It is one thing to do good and do well. But it is quite another to tell your investors up front that not all the profit actually goes to them. In prior columns, we have written about our support of the nonprofit entrepreneur with a commitment to social enterprise. Now, a new twist in the for-profit arena has come along, and its premise is transparency to your investor of your intention that you are concerned about more than making money for them. It is called a “B Corporation,” and it requires that your company be certified by the nonprofit B Lab that independently verifies rigorous standards of social and environmental performance, accountability and transparency. In that way, you can do good and do well, and your investors know the score going in.
The emphasis on metrics in addition to profits has not hindered some of these “B” companies from raising big money — Warby Parker ($55 million), Change.org ($15 million), and Etsy ($91 million).
In San Diego, B Corporation Mamma Chia has raised several million dollars primarily from angel investors, said Janie Hoffman, the founder and CEO. The company makes organic chia-based food and beverages that use the chia seed, a grain that contains omega-3, antioxidants, protein and fiber. The products are sold in Whole Foods, Von’s, Ralphs and other retailers.
“Our investors are aligned with our mission. Having the certification was positive for them,” said Hoffman. “So many companies say that they’re doing something good for the environment and the community when they’re not, which is why the independent B certification is great.”
Like all B Corporations, Mama Chia’s rating of 88 points (out of 200) is available on the B Lab website. Eighty points is the minimum required to earn the certification. The four metrics that compose the rating are:
Governance: mission, stakeholder engagement and overall transparency of the company’s policies and procedures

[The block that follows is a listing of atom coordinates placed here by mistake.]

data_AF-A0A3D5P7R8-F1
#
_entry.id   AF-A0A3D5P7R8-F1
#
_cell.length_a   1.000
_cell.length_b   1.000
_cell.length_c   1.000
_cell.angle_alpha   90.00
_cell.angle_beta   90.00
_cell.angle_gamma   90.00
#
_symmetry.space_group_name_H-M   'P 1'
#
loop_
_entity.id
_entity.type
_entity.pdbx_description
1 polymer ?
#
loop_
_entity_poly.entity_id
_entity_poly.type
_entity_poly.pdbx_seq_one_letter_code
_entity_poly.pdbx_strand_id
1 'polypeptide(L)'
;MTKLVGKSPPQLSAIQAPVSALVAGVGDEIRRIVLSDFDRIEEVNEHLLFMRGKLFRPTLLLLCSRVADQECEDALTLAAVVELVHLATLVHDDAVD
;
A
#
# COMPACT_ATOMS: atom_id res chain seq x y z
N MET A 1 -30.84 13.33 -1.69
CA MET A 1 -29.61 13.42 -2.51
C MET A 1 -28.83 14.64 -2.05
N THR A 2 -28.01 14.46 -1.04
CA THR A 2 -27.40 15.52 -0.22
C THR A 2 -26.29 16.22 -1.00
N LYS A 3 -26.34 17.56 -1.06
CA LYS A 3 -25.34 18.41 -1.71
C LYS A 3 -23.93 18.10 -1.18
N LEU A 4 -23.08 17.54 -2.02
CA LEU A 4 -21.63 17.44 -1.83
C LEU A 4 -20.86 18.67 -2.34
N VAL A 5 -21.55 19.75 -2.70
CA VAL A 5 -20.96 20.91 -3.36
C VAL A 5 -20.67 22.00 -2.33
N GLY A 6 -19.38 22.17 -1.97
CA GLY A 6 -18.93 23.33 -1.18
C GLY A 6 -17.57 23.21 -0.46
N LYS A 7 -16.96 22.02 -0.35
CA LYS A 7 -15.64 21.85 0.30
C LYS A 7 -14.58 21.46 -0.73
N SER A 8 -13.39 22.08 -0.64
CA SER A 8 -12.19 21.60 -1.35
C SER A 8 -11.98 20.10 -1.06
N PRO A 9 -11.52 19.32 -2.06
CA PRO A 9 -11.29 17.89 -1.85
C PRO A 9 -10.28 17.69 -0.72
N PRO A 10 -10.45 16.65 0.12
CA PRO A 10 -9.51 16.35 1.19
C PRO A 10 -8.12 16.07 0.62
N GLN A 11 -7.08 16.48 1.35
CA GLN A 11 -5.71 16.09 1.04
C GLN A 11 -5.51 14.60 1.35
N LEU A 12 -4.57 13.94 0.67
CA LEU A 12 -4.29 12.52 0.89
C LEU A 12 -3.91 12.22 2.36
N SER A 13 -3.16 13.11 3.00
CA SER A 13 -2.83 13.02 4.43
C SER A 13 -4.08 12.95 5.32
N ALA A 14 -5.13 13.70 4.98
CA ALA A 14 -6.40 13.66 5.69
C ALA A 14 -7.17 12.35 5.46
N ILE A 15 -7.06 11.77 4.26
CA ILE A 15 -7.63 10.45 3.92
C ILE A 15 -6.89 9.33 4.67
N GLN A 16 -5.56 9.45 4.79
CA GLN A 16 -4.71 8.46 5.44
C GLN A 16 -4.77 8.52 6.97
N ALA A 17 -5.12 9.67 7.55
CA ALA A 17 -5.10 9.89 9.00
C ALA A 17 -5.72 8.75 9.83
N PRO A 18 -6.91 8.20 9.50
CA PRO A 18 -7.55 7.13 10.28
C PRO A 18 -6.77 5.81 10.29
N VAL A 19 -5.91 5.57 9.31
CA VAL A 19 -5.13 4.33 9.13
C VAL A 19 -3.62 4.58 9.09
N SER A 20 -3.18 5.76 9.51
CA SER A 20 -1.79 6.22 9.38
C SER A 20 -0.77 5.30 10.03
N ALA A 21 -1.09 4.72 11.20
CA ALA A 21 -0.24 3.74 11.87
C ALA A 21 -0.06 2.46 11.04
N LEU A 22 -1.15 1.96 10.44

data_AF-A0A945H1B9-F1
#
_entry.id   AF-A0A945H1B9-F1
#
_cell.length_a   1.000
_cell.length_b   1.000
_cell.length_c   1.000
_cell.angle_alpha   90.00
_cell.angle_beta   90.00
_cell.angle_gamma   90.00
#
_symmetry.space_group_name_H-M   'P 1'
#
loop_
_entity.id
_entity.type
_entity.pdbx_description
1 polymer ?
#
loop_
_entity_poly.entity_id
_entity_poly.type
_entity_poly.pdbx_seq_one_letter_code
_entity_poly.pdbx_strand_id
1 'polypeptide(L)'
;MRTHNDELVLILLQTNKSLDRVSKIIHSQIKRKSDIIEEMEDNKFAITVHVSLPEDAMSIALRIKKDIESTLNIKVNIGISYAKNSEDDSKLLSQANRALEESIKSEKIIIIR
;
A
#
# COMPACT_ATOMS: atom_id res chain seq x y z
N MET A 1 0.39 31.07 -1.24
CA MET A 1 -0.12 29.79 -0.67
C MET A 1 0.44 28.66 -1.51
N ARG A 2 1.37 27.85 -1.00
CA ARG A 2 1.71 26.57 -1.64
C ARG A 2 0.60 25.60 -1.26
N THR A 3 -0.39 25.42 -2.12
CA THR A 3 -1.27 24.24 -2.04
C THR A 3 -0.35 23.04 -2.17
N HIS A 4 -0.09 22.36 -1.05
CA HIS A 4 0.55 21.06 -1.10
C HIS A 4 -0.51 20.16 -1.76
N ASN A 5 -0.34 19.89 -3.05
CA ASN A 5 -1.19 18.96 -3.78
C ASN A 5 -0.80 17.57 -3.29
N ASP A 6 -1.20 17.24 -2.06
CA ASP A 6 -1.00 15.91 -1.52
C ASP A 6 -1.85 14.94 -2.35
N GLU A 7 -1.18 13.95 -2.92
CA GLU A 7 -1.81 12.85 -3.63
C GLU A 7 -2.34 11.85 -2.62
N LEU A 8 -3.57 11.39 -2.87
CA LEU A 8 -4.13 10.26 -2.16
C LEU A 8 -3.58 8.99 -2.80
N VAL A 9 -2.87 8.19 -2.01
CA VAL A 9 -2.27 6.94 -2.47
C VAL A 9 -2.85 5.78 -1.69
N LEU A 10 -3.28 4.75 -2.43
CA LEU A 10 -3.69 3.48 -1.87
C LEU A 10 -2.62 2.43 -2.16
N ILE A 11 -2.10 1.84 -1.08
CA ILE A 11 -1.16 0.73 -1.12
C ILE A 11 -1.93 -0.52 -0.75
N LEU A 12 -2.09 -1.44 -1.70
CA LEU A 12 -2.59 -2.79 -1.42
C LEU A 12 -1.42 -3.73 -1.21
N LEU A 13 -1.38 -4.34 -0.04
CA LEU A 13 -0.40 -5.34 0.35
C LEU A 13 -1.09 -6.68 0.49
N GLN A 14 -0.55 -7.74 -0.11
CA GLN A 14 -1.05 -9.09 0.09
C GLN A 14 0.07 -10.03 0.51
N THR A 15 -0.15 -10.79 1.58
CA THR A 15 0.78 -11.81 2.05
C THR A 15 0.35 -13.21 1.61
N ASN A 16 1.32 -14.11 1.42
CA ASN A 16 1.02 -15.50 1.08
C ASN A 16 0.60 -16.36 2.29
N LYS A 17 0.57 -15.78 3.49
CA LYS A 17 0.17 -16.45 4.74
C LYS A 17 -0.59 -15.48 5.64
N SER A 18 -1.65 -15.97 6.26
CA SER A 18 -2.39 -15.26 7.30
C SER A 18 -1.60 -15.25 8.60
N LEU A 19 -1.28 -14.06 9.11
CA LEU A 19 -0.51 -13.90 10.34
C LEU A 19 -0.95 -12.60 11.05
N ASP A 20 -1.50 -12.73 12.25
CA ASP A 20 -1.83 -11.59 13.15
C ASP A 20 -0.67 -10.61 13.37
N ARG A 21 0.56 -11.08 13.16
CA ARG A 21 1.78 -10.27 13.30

Workers: compensation, benefits, training, ownership and work force environment
Community: supplier relations, diversity and community involvement
Environment: facilities, resource and energy issue
From the beginning, Mamma Chia has donated 1 percent of gross sales to support local food systems, more than 20 percent of suppliers are local and are located in low-income communities, and 50 percent of office supplies come from recycled/sustainable materials.
Another certified B Corporation with San Diego roots is Warby Parker, which was started in 2010 to create boutique-quality, classically crafted eyewear at an affordable price point. David Gilboa, one of the four founders, graduated from Torrey Pines High School in 1999 and met his three co-founders when he was earning his MBA at the Wharton School at the University of Pennsylvania.
“We were frustrated at the high cost of prescription glasses that can cost $300 or more,” said Gilboa. “A few big companies controlled the $65 billion industry. We thought that by creating our own brand, dealing direct with manufacturers and consumers, we could disrupt the industry by cutting out the middle men and sell glasses to consumers for $95, including the lenses.”
As the son of two doctors, Gilboa said he always wanted to work in a field in which he could earn a paycheck and provide a social benefit. Seeking the B Corporation certification made sense because “as operators and owners, we want to be held accountable for actions that take into account all of our stakeholders such as employees, customers and the environment at large. In the traditional corporation, the only interests that you have to protect are the shareholders’,” Gilboa said.
Almost 1 billion people worldwide lack access to glasses, so Warby Parker has partnered with nonprofits to ensure that for every pair of glasses sold, a pair is distributed to someone in need.
“Our investors (the company has raised $55 million) are very supportive of how we’re building the business and the resources and capital that we’re using to further the development of our employees and to buy carbon offsets,” said Gilboa.
The B certification is in addition to whatever legal structure a company chooses. “Any type of legal form (LLC, LLP, or C Corporation) can become a B Corporation,” said Susan H. Mac Cormac, a partner in the San Francisco office of Morrison & Foerster.
Only 760 companies have achieved B Corporation certification since it was offered beginning in 2007, according to B Lab spokesman Andy Fyfe, who said that more than 7,000 companies are using the assessment tool to benchmark themselves. “It is difficult to pass the bar. These companies are competing to be the best in the world and for the world,” he said.
Rule No. 241: To B or not to B, that is the question.